From Columbus to Enbridge: Colonial Exploitation Continues

By Winona Laduke / startribune.com
Oct 10, 2021
0
From Columbus to Enbridge: Colonial Exploitation Continues
A Native American environmental activist dances with an eagle feather in front of the construction site for the Line 3 oil pipeline near Palisade, Minnesota on January 9, 2021. (Photo: Kerem Yucel/AFP via Getty Images)

It's somehow fitting irony as Indigenous Day approaches on Oct. 11 — once known by another name — that a new Columbus is about to pump oil through Line 3, the last tar sands pipeline. That is the colonial-like corporation Enbridge.

Maybe President Joe Biden will think about this one and stop the dirty oil from burning our rivers and air. The Indian wars could be over. After all, no one needs this pipeline, plus it's the dirtiest and most expensive oil in the world to extract and produce.

In one narrative, the Canadian corporation won. Columbus conquered anew, proof that might and money remain the rulers.

Then, there's another. That's the Ballad of the Water Protectors — a movement born in the battles in northern Minnesota and North Dakota, a movement that will grow and transform the economy of the future.

How do we know this?Well, no one wants to finance more tar sands. Other telling signs, and some new red flags, include:

The Canadian oil industry estimated that a lack of pipeline capacity reduced the industry's income by tens of billions of dollars before the pandemic started. The tar sands industry couldn't afford to approve and build new extraction facilities during the curtailment, and now, in part due to the pandemic, it still can't.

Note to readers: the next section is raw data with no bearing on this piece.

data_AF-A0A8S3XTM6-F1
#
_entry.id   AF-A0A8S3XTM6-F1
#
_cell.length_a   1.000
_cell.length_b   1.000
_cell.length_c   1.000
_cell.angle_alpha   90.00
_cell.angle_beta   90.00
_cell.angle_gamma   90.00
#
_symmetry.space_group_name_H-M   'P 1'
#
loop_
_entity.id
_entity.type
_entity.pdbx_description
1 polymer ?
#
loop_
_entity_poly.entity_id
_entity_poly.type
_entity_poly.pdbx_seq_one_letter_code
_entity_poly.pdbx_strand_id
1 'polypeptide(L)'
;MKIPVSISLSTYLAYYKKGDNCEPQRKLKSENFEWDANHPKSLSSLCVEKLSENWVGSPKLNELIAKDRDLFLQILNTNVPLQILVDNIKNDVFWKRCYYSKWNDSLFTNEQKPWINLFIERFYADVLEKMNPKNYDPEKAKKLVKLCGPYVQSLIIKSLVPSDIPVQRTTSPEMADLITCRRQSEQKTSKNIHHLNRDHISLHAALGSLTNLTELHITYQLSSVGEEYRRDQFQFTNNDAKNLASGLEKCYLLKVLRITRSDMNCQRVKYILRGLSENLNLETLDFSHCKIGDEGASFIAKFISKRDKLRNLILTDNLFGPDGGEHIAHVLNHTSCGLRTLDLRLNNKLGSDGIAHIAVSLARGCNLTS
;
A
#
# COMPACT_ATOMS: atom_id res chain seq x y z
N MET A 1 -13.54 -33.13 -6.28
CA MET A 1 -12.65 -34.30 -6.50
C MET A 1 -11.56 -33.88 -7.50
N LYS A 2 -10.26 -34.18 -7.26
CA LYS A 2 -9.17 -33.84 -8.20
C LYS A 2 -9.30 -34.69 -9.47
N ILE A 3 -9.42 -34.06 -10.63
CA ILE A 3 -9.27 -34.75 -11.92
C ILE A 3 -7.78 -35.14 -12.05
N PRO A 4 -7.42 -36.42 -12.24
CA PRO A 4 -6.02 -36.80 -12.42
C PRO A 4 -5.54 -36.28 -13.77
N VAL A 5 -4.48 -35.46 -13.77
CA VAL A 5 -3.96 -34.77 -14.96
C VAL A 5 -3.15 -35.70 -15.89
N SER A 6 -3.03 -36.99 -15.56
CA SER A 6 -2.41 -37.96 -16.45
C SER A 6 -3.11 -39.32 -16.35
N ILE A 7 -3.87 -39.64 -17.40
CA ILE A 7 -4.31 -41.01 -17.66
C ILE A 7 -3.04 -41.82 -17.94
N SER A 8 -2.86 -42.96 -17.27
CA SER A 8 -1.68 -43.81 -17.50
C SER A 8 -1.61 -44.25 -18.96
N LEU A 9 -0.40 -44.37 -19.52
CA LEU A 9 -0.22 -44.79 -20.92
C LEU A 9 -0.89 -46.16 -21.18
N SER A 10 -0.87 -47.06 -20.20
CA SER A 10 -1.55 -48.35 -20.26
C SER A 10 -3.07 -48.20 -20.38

Uncertainty about Line 3 caused by Indigenous people and water protectors encouraged massive divestment from the tar sands by non-Canadian investors. Everybody from Shell Oil to the Koch brothers bailed out. Last month, my alma mater, Harvard University, began divestment of fossil fuels. Harvard wouldn't even divest from South Africa, those stubborn old dudes. This is, well, monumental.

A recent joint report by the Indigenous Environmental Network and Oil Change International, found that Indigenous resistance alone has stopped or delayed greenhouse gas pollution equivalent to at least 25% of annual U.S. and Canadian emissions.

As a result of low oil prices, reduced income and divestment, tar sands industry capital expenditures crashed. Almost all its capital spending over the past five years was used for maintenance of existing extraction facilities, not development of new facilities.

Put another way, the pipeline opposition campaign stopped the tar sands industry dead in its tracks.

We all just recently learned two more blatant things about Enbridge that should give everyone pause — especially our government leaders like Gov. Tim Walz and U.S. Sens. Amy Klobuchar and Tina Smith, whose cowardly silence makes them complicit in this egregious crime.